Theater as it is meant to be: Onstage, before an audience


As the Detroit Mercy Theater Company is about to stage the first show of its 51st season, “Antigone,” I can’t help but recognize how blessed I am to be able to perform on stage for my senior year at the university.

During my junior year, the school went almost completely online due to the Covid-19 global pandemic – meaning that all of my theater classes took place online.

Theater is a medium that often requires actors to be in the same space, bouncing dialogue, emotion and energy off one another.

Going from meeting in person every day and being able to physically embody a character to having to perform to a computer monitor was a struggle for me and my fellow theater majors.

We were forced to get creative for our Theater Company’s 50th season.

We performed “Angels in America” at our regular performance space at the Boll Family Theater at the YMCA – while spread 10 feet apart and fully masked.

We wrote, directed and starred in our own TikTok plays.

And we recorded ourselves performing an audio-only radio play, “Hitchcocked.”

Plus, we created lighting, costuming, set designs and sound designs for shows we never actually put up on their feet.

The goal of this project was to teach us about the importance of the many jobs it takes to bring a play to life.

All of these 2020-21 Covid-19 lockdown projects were done without a live audience, which is a critical part of live theater.

Sophomore and fellow theater major Adam El-Zein said it was difficult during his freshman year to not be able to do a proper theater production.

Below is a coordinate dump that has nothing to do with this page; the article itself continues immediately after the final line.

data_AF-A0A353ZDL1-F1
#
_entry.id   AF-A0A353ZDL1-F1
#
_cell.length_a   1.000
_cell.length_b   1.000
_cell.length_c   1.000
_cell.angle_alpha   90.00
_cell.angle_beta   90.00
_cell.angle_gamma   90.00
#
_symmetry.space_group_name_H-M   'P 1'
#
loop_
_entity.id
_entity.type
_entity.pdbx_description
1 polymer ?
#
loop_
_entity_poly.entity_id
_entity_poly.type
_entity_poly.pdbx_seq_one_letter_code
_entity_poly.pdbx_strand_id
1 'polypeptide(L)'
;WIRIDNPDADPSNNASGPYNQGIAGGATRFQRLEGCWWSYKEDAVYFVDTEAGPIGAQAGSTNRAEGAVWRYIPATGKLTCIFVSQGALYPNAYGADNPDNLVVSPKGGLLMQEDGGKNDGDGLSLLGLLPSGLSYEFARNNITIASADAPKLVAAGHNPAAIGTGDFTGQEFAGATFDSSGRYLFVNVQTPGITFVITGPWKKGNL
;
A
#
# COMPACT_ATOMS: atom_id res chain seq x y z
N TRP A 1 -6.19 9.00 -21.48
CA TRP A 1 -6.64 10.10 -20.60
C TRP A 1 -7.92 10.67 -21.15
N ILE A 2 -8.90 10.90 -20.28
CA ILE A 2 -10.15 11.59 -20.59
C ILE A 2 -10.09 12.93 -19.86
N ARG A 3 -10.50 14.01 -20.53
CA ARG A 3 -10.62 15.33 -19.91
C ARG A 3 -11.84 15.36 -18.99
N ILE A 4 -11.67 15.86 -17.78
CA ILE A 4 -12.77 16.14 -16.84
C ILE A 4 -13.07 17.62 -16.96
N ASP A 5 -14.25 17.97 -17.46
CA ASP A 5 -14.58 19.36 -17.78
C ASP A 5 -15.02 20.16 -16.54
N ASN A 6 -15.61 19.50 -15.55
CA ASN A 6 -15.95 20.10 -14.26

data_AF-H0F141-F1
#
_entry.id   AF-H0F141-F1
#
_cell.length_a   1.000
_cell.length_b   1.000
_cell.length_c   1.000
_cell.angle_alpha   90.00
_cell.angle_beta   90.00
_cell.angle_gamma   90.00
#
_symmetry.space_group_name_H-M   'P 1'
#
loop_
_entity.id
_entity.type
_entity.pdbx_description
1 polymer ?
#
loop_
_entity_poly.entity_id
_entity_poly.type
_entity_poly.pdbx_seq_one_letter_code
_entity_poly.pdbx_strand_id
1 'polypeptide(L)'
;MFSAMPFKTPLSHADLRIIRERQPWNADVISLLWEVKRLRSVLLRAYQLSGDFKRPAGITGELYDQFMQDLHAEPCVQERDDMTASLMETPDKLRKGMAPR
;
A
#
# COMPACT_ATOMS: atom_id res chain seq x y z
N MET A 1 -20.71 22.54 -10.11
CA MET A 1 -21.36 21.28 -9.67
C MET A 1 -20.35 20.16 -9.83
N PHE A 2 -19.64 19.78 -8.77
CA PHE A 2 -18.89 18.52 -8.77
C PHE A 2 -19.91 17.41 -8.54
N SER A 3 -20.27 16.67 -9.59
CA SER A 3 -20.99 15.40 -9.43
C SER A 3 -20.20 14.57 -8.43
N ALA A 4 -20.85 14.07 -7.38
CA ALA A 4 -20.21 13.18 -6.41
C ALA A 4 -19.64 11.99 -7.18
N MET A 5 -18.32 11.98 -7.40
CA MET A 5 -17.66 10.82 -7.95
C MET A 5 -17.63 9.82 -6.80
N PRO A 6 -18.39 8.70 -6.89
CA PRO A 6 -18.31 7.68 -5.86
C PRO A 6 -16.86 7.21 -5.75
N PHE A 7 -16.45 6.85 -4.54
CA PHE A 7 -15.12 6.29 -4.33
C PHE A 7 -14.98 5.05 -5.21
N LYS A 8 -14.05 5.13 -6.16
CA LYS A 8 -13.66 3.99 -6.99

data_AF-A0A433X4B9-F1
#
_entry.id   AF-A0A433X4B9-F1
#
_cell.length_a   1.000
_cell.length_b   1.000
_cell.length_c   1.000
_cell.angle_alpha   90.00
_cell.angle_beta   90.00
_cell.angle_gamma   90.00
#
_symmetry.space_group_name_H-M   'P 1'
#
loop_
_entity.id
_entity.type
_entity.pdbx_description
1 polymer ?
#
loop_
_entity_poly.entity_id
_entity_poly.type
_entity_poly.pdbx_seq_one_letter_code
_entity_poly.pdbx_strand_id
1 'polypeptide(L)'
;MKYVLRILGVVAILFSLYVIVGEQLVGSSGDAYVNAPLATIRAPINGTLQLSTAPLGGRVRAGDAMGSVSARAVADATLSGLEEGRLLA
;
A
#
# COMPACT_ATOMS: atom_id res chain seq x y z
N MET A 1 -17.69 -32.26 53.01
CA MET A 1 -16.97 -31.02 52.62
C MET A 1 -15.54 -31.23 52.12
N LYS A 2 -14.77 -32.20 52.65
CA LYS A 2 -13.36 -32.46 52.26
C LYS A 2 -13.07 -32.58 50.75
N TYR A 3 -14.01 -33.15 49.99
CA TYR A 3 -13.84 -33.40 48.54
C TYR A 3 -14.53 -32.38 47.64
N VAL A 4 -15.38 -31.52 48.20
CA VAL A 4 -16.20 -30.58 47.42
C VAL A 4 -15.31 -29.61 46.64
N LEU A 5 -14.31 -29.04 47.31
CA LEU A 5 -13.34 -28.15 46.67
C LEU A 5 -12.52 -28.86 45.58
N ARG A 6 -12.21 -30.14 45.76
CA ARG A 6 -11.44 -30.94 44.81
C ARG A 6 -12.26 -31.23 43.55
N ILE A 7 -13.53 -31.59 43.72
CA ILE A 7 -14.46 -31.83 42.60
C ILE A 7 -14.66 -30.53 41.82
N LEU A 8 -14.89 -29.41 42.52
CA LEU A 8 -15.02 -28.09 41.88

“The past year without theater has been a hard one,” said El-Zein. “Theater is what I love to do, and without it I felt lost, like I didn’t really have a purpose and I was going through my life aimlessly.”

El-Zein will be performing as Haemon, as well as a member of the chorus, in the upcoming production of “Antigone,” his first college theater production to be performed in front of a live audience.

“Getting to do actual theater this year is a gift, and I’ll never take it for granted again,” he said. “Just getting to do what I love, and to finally get to know people that love the same things as me is a dream come true. Getting to impact people, our audience through what we do is truly remarkable, and I can’t wait to keep pursuing this path.”

The opening night for “Antigone” will be on Oct. 22.

I too will be joining El-Zein in our performance of “Antigone” as the character Eurydice, and as member of the chorus.

I am grateful that in my final year at Detroit Mercy I will be able to perform on stage.

I was worried last year that I had made the wrong decision about my career path.

It was a whole year where I wasn’t able to do live theater, and I was filled with the anxiety of whether or not I would be able to receive the hands-on education I was expecting when I first entered college.

But now I am in my final year, and theater is back on. 

I can’t wait to get back to live theater where I can do what I entered college to do – to do what I love.